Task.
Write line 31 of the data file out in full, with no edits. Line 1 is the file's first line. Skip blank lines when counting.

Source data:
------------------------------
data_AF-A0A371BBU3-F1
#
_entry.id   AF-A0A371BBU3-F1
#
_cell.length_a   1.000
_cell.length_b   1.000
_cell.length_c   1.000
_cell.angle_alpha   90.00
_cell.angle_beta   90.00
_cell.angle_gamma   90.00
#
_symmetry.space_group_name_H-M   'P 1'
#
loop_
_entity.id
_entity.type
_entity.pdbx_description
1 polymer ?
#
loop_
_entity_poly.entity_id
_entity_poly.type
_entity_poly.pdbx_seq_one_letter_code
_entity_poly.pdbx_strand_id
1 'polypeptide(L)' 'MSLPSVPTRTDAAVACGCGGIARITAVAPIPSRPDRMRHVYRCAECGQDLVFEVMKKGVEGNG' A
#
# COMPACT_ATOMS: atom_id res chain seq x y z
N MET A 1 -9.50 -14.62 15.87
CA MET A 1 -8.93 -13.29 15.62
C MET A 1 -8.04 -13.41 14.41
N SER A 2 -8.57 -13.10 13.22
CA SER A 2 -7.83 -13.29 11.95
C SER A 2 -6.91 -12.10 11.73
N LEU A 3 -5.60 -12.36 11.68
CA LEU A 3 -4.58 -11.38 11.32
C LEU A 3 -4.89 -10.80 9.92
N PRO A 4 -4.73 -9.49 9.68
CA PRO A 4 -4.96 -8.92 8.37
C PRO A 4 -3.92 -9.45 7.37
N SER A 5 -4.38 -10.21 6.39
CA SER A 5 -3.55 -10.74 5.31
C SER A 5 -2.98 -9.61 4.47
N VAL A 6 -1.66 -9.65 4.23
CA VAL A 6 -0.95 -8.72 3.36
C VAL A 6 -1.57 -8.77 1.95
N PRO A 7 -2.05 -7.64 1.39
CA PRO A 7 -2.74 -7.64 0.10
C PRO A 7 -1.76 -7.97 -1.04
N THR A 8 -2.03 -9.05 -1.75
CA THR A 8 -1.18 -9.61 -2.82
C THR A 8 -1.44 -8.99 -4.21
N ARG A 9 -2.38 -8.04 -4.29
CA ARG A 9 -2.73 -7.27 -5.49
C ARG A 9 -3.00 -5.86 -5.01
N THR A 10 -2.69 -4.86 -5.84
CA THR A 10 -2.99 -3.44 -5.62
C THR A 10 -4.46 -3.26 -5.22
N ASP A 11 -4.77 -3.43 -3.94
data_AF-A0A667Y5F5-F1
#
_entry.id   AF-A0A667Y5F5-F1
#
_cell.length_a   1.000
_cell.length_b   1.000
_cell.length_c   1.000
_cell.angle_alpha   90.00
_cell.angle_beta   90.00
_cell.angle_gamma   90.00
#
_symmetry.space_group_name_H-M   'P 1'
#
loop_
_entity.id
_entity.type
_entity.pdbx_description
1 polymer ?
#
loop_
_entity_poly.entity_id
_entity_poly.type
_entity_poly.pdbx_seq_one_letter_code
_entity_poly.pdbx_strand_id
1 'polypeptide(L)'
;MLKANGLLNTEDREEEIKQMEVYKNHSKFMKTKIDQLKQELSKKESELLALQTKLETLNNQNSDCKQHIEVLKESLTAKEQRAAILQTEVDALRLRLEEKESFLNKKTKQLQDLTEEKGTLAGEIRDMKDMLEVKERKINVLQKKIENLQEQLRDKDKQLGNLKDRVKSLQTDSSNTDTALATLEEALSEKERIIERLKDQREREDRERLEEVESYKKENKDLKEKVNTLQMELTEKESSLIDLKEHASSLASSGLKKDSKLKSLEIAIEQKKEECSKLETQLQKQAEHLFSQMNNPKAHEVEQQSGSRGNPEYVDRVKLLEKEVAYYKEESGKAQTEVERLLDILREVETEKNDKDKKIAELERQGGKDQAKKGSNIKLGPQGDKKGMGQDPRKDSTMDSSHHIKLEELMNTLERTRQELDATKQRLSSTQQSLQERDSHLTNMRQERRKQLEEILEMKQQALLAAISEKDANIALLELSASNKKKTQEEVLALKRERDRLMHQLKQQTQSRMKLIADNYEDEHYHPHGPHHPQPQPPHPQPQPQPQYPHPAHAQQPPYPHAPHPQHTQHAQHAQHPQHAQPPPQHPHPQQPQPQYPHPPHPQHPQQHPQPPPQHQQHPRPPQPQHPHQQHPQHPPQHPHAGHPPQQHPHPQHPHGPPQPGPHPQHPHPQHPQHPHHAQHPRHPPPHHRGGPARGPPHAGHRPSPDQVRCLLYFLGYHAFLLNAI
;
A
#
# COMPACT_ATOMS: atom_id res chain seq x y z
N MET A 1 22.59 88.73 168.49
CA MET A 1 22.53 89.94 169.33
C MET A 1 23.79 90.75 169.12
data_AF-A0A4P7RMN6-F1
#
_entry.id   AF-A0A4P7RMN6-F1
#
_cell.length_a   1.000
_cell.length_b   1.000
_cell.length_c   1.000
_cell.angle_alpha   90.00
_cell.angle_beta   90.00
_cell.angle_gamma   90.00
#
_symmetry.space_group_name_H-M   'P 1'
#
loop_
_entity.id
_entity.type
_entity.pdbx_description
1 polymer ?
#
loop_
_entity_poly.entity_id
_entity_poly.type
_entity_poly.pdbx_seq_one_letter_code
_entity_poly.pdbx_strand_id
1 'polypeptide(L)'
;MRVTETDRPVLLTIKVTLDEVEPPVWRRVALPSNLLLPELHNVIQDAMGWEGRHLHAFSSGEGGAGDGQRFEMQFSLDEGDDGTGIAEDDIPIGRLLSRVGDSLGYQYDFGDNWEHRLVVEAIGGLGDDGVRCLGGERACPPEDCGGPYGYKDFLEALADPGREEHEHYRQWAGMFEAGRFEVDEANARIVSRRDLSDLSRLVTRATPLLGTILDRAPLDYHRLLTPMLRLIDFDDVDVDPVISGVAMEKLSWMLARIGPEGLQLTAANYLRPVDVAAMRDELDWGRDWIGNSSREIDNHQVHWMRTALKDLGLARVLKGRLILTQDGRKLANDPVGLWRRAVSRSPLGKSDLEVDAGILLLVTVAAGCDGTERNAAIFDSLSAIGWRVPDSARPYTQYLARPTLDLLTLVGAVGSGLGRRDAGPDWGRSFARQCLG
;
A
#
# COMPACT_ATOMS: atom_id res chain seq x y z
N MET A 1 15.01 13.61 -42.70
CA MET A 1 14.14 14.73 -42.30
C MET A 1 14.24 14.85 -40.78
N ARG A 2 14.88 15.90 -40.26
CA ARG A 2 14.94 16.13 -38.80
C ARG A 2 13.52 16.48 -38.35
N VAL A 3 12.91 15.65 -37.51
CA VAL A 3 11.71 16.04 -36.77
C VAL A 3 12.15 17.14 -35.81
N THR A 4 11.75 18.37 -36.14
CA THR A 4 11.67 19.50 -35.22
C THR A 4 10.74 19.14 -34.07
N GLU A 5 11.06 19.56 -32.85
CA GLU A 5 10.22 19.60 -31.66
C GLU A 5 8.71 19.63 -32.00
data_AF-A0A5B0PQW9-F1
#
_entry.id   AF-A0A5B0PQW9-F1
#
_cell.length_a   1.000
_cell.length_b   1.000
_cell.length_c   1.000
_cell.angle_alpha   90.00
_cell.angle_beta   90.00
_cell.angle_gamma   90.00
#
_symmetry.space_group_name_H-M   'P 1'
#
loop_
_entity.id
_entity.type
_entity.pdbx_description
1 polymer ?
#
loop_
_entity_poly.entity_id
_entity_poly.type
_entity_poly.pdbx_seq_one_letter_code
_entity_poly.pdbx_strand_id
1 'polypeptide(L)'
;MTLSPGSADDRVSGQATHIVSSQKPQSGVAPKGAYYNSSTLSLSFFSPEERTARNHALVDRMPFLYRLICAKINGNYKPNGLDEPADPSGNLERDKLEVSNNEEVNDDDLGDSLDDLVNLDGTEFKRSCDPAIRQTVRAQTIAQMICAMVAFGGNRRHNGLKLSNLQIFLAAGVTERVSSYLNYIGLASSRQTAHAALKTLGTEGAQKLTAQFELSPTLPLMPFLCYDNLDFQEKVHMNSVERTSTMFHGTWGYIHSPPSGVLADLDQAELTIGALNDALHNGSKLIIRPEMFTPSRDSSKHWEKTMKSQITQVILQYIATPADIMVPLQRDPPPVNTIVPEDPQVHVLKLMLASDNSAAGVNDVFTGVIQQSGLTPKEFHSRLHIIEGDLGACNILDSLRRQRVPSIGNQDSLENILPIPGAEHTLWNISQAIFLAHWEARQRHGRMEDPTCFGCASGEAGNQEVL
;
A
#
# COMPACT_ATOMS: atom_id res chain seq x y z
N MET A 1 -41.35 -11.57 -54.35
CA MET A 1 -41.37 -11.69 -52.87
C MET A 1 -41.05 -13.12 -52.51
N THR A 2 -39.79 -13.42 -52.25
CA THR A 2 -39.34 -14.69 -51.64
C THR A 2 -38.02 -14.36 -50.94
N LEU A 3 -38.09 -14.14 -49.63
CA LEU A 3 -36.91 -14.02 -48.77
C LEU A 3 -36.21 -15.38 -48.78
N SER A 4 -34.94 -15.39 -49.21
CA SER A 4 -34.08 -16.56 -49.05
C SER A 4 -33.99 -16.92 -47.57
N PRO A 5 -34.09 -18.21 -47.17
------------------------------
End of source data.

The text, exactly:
N SER A 2 -8.57 -13.10 13.22